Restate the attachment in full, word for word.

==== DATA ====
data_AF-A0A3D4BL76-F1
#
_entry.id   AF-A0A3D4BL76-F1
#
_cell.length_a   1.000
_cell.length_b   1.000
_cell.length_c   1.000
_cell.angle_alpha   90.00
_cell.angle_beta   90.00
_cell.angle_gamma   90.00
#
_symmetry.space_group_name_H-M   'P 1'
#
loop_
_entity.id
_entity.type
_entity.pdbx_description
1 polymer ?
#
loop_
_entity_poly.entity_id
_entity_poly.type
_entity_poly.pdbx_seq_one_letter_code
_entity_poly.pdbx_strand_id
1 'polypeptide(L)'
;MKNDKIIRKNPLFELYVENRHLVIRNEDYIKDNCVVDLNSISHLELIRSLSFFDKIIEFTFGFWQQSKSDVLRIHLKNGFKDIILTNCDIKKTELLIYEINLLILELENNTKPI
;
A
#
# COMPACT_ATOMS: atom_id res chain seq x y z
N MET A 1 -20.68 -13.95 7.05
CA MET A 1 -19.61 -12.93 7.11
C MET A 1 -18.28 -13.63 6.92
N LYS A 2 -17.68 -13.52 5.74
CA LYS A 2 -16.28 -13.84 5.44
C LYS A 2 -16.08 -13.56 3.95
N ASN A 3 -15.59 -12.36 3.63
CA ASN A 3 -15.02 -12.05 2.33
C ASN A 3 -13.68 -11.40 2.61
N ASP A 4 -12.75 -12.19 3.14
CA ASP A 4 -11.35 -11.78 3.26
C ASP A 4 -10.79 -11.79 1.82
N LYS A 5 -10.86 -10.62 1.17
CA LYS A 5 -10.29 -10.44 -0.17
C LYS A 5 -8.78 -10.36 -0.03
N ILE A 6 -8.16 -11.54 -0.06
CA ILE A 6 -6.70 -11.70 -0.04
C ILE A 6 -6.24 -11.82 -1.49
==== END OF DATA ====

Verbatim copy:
data_AF-A0A3D4BL76-F1
#
_entry.id   AF-A0A3D4BL76-F1
#
_cell.length_a   1.000
_cell.length_b   1.000
_cell.length_c   1.000
_cell.angle_alpha   90.00
_cell.angle_beta   90.00
_cell.angle_gamma   90.00
#
_symmetry.space_group_name_H-M   'P 1'
#
loop_
_entity.id
_entity.type
_entity.pdbx_description
1 polymer ?
#
loop_
_entity_poly.entity_id
_entity_poly.type
_entity_poly.pdbx_seq_one_letter_code
_entity_poly.pdbx_strand_id
1 'polypeptide(L)'
;MKNDKIIRKNPLFELYVENRHLVIRNEDYIKDNCVVDLNSISHLELIRSLSFFDKIIEFTFGFWQQSKSDVLRIHLKNGFKDIILTNCDIKKTELLIYEINLLILELENNTKPI
;
A
#
# COMPACT_ATOMS: atom_id res chain seq x y z
N MET A 1 -20.68 -13.95 7.05
CA MET A 1 -19.61 -12.93 7.11
C MET A 1 -18.28 -13.63 6.92
N LYS A 2 -17.68 -13.52 5.74
CA LYS A 2 -16.28 -13.84 5.44
C LYS A 2 -16.08 -13.56 3.95
N ASN A 3 -15.59 -12.36 3.63
CA ASN A 3 -15.02 -12.05 2.33
C ASN A 3 -13.68 -11.40 2.61
N ASP A 4 -12.75 -12.19 3.14
CA ASP A 4 -11.35 -11.78 3.26
C ASP A 4 -10.79 -11.79 1.82
N LYS A 5 -10.86 -10.62 1.17
CA LYS A 5 -10.29 -10.44 -0.17
C LYS A 5 -8.78 -10.36 -0.03
N ILE A 6 -8.16 -11.54 -0.06
CA ILE A 6 -6.70 -11.70 -0.04
C ILE A 6 -6.24 -11.82 -1.49